from a given amount of savings. And that could ultimately slow down

economic growth.

Stock market liquidity may adversely affect economic growth by reducing

the amount of time economic agents devote to monitoring firms and

managers.

However, stock market liquidity could also lead to more intensive

monitoring, in which case the economy will ultimately gain (e.g.

Holmström and Tirole, 1993).

** The message from the above arguments is that ex-ante it is not

possible to make unambiguous predictions about stock markets and

their likely impact on the economy.

Even though stock markets are considered alongside banks as a potential

source of finance for developing economies these institutions are still

much less important in relative terms.


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This is true regardless of the fact that stock market capitalisation in

developing countries has grown considerably over the last two decades or

so, partly as a result of capital market liberalisation efforts (e.g. Henry,

2000a, 2000b).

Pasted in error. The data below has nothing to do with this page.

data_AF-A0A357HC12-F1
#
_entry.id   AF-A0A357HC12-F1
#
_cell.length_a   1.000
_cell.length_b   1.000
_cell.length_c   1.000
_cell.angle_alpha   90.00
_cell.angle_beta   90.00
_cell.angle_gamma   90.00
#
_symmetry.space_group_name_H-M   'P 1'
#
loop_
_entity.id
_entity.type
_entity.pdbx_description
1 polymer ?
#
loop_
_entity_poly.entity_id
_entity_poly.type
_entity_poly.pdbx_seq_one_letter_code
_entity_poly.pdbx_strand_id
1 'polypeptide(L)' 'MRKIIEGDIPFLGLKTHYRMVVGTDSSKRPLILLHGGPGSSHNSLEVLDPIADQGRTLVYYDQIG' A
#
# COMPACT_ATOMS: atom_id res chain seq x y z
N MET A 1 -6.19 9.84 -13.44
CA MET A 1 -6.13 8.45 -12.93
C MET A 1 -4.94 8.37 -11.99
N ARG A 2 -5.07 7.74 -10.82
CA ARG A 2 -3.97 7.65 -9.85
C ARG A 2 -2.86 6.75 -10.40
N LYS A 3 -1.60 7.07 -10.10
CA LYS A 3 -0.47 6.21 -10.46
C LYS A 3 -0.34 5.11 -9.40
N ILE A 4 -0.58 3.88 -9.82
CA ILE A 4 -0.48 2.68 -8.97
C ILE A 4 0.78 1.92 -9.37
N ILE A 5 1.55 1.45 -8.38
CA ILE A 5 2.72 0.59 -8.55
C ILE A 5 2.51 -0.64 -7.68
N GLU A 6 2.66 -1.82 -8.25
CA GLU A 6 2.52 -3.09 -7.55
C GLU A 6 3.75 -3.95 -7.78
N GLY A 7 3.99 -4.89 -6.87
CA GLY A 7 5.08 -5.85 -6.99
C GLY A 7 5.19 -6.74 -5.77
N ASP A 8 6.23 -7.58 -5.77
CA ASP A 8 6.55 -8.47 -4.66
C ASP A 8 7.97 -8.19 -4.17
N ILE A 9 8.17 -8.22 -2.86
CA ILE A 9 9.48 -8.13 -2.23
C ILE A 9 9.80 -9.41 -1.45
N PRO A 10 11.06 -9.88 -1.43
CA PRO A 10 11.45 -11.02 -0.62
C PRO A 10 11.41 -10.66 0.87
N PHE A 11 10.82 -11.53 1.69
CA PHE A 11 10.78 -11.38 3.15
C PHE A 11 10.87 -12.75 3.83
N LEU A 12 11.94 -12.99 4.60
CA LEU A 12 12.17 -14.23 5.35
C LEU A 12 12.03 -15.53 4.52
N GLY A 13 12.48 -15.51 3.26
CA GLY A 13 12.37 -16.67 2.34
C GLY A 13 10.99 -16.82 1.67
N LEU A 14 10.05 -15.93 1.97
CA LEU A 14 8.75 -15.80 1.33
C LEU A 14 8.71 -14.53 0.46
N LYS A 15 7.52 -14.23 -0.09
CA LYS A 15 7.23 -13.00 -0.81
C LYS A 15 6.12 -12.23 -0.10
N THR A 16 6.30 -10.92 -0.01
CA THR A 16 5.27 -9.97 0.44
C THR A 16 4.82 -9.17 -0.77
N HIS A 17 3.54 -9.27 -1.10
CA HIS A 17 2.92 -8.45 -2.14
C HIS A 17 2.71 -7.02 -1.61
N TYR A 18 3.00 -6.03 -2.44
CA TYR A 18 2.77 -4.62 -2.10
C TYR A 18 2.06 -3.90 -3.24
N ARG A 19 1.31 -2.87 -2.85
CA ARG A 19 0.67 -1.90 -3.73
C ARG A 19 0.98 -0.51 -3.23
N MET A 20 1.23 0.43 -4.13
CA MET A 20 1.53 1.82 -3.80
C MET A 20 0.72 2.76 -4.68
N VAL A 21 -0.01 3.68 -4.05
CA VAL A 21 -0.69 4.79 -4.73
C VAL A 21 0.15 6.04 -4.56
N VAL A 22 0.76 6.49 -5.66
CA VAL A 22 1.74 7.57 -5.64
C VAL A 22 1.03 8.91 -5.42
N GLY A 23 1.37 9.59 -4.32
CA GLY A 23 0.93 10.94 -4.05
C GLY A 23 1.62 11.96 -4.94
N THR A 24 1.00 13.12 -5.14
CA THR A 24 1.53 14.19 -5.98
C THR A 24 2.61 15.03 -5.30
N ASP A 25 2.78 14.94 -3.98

Häusler, Mathieson, and Roldos (2003) argue that activity in domestic

capital markets has not expanded enough to provide a solid alternative to

banking or international markets.

According to these authors, this situation arises largely due to the

underdevelopment of related markets, such as that for government bonds.

** Fostering bond markets is important for:

Securing funding to undertake long-term government projects;

Designing and implementing a market-based monetary policy strategy like

inflation targeting;
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Protecting the government and the rest of the economy from adverse

economic shocks;

Fostering financial intermediation and competition in the financial system;

Promoting and safeguarding financial stability.

It important to note that, for instance, Singh (1997) argues that the

volatility characterizing stock market activities is unlikely to be helpful in

fostering investment in a developing economy context.

Also, pervasive interactions among the exchange rate market and the stock

market in the face of adverse economic shocks may actually aggravate

economic instability and slow down economic growth.

Further, banks in many developing countries are relatively successful, and

developing stock markets may generate adverse effects on these

institutions.
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But banks and stock markets may well provide complementary financial

services.
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⇒ Theory

Even if we are not sure that stock markets can actually help developing

countries in fulfilling their financial needs it is important to understand the

mechanics behind their operation.